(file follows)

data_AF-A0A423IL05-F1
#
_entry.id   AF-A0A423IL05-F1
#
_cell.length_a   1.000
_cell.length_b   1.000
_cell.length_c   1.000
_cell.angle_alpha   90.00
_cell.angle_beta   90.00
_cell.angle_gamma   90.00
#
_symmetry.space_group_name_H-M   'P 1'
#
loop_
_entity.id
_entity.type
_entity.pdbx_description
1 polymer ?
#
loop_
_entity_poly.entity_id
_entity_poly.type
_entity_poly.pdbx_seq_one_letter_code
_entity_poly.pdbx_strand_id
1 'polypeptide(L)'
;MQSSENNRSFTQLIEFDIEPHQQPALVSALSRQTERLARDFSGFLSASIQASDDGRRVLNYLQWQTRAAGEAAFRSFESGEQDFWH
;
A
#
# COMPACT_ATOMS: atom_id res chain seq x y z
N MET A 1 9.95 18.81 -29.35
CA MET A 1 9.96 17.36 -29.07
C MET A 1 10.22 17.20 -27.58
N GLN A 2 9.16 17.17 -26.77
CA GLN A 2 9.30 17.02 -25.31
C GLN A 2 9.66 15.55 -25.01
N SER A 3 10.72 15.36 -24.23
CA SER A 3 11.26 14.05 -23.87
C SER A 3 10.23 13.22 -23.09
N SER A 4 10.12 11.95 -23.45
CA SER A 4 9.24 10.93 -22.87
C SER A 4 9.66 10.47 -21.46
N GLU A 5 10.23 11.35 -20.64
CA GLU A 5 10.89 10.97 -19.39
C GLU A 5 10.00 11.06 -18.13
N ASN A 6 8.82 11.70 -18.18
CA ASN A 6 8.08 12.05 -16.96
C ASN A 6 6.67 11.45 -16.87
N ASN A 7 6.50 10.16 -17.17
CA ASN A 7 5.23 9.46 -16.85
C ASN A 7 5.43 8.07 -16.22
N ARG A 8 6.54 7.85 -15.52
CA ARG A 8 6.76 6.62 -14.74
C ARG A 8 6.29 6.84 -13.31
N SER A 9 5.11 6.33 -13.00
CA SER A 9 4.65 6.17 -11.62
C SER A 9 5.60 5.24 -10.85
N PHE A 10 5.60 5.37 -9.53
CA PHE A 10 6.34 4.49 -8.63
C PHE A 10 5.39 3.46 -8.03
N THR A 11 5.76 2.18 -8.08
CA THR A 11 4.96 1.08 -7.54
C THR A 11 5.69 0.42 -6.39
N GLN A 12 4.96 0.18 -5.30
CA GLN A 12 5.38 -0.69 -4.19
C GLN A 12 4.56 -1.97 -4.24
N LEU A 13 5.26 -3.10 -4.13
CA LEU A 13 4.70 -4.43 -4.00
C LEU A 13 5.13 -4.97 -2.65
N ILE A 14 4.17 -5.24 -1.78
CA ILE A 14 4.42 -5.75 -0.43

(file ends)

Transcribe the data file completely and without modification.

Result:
data_AF-A0A423IL05-F1
#
_entry.id   AF-A0A423IL05-F1
#
_cell.length_a   1.000
_cell.length_b   1.000
_cell.length_c   1.000
_cell.angle_alpha   90.00
_cell.angle_beta   90.00
_cell.angle_gamma   90.00
#
_symmetry.space_group_name_H-M   'P 1'
#
loop_
_entity.id
_entity.type
_entity.pdbx_description
1 polymer ?
#
loop_
_entity_poly.entity_id
_entity_poly.type
_entity_poly.pdbx_seq_one_letter_code
_entity_poly.pdbx_strand_id
1 'polypeptide(L)'
;MQSSENNRSFTQLIEFDIEPHQQPALVSALSRQTERLARDFSGFLSASIQASDDGRRVLNYLQWQTRAAGEAAFRSFESGEQDFWH
;
A
#
# COMPACT_ATOMS: atom_id res chain seq x y z
N MET A 1 9.95 18.81 -29.35
CA MET A 1 9.96 17.36 -29.07
C MET A 1 10.22 17.20 -27.58
N GLN A 2 9.16 17.17 -26.77
CA GLN A 2 9.30 17.02 -25.31
C GLN A 2 9.66 15.55 -25.01
N SER A 3 10.72 15.36 -24.23
CA SER A 3 11.26 14.05 -23.87
C SER A 3 10.23 13.22 -23.09
N SER A 4 10.12 11.95 -23.45
CA SER A 4 9.24 10.93 -22.87
C SER A 4 9.66 10.47 -21.46
N GLU A 5 10.23 11.35 -20.64
CA GLU A 5 10.89 10.97 -19.39
C GLU A 5 10.00 11.06 -18.13
N ASN A 6 8.82 11.70 -18.18
CA ASN A 6 8.08 12.05 -16.96
C ASN A 6 6.67 11.45 -16.87
N ASN A 7 6.50 10.16 -17.17
CA ASN A 7 5.23 9.46 -16.85
C ASN A 7 5.43 8.07 -16.22
N ARG A 8 6.54 7.85 -15.52
CA ARG A 8 6.76 6.62 -14.74
C ARG A 8 6.29 6.84 -13.31
N SER A 9 5.11 6.33 -13.00
CA SER A 9 4.65 6.17 -11.62
C SER A 9 5.60 5.24 -10.85
N PHE A 10 5.60 5.37 -9.53
CA PHE A 10 6.34 4.49 -8.63
C PHE A 10 5.39 3.46 -8.03
N THR A 11 5.76 2.18 -8.08
CA THR A 11 4.96 1.08 -7.54
C THR A 11 5.69 0.42 -6.39
N GLN A 12 4.96 0.18 -5.30
CA GLN A 12 5.38 -0.69 -4.19
C GLN A 12 4.56 -1.97 -4.24
N LEU A 13 5.26 -3.10 -4.13
CA LEU A 13 4.70 -4.43 -4.00
C LEU A 13 5.13 -4.97 -2.65
N ILE A 14 4.17 -5.24 -1.78
CA ILE A 14 4.42 -5.75 -0.43